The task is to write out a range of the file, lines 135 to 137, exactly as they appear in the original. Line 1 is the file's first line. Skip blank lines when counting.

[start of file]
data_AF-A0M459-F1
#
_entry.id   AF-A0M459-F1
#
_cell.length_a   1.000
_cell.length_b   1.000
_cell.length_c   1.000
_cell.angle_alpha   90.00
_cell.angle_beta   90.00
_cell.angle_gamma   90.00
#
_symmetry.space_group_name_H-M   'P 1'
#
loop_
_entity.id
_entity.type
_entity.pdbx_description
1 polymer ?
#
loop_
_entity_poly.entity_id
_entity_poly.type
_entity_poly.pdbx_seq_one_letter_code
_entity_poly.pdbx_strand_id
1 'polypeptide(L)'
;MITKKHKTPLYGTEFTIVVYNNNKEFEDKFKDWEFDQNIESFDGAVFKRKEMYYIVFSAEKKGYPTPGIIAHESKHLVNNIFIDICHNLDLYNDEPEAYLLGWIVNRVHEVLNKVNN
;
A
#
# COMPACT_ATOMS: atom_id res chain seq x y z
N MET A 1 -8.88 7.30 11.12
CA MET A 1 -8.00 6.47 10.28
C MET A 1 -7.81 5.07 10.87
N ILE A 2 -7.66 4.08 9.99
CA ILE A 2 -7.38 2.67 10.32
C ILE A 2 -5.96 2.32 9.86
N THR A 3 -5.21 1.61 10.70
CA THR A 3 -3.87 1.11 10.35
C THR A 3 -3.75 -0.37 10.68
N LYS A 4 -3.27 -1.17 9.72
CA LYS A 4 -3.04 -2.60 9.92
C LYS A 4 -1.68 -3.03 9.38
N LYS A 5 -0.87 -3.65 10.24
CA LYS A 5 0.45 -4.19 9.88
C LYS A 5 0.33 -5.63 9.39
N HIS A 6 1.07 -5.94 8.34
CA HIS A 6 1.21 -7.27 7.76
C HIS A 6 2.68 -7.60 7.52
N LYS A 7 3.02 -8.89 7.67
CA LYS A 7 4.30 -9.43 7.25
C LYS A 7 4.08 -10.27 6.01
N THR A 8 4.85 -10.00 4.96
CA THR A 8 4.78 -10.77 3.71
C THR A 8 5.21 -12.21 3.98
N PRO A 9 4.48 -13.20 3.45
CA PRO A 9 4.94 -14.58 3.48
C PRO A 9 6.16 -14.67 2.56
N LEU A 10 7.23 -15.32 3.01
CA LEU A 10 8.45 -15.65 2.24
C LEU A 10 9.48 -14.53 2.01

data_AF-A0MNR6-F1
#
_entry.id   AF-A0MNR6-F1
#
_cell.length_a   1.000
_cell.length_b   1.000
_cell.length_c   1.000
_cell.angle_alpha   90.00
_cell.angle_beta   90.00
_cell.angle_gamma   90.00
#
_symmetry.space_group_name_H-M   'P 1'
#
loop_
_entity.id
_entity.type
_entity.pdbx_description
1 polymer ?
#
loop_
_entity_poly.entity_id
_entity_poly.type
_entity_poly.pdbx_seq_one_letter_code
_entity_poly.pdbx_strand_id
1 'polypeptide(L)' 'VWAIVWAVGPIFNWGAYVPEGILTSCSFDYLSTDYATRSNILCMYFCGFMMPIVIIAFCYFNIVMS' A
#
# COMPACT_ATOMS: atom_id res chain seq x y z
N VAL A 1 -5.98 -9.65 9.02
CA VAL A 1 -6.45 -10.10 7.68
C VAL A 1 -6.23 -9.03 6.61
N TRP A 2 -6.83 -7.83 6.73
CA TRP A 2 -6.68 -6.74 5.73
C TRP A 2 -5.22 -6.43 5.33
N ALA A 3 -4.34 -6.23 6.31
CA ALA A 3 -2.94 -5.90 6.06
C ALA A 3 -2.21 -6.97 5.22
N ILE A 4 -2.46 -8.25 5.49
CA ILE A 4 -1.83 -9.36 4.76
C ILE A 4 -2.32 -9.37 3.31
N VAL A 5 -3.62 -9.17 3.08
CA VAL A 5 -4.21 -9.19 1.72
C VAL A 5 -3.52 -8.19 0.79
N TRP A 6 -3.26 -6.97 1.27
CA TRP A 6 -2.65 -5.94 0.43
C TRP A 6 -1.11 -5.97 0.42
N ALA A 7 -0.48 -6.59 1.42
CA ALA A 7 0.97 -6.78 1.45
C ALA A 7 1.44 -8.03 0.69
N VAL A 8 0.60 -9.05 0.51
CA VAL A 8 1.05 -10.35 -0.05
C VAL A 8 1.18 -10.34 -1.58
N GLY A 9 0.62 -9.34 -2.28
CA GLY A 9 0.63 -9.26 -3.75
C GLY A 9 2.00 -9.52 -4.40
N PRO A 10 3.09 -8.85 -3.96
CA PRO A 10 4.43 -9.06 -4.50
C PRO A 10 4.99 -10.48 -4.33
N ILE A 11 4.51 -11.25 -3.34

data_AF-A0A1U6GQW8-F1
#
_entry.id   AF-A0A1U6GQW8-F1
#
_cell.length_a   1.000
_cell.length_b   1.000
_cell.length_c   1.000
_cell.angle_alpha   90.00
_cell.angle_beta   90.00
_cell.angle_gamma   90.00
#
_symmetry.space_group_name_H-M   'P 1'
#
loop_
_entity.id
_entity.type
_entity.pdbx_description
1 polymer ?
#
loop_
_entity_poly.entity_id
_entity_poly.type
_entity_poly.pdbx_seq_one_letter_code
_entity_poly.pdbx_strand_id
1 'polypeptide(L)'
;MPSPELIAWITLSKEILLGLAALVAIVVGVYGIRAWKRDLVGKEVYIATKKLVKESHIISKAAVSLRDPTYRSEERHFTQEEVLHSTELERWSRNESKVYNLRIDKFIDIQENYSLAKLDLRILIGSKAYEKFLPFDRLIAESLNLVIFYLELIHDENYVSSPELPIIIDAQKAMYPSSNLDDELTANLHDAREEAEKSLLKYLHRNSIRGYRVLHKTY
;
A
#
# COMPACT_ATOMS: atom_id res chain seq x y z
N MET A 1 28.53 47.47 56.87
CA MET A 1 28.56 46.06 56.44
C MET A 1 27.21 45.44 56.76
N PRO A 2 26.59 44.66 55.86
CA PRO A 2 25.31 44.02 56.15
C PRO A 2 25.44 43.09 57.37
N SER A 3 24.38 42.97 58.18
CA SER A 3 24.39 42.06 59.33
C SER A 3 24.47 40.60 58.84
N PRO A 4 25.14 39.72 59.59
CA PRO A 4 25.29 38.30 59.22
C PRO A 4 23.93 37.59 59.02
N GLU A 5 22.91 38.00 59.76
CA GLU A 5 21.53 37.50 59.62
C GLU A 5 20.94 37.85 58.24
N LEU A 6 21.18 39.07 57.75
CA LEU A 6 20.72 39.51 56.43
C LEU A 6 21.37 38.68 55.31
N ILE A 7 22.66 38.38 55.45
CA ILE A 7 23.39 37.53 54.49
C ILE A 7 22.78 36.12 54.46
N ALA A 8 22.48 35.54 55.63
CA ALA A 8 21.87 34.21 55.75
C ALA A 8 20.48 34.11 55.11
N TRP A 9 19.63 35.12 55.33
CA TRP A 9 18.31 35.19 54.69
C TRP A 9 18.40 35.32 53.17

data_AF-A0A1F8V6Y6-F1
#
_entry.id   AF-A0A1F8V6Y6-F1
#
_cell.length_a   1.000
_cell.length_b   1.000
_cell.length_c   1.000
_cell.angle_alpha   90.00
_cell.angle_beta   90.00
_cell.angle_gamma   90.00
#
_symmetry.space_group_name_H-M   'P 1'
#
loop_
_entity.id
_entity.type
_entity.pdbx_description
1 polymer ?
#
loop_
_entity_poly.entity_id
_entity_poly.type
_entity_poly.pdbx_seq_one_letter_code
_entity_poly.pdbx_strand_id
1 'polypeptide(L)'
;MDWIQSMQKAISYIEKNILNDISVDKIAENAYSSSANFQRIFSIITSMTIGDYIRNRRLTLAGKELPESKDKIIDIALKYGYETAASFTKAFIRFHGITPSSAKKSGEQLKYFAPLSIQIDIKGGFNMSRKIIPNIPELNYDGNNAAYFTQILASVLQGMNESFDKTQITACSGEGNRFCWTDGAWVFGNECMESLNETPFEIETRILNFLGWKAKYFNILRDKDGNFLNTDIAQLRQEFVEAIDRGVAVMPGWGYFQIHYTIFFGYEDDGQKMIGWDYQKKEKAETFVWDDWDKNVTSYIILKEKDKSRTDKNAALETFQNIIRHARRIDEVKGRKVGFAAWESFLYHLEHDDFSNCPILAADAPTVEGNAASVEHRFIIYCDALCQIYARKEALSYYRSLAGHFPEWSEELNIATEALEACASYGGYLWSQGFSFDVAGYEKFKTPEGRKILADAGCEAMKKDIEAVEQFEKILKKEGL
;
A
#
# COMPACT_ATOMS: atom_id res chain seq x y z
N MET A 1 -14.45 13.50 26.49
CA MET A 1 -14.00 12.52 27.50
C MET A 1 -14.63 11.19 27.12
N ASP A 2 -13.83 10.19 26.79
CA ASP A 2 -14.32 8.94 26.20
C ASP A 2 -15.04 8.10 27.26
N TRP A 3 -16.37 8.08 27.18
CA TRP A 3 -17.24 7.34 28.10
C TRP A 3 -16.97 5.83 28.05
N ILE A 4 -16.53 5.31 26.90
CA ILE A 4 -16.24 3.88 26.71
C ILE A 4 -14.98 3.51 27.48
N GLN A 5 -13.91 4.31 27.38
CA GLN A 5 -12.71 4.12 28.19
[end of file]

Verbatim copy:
_entity.pdbx_description
1 polymer ?
#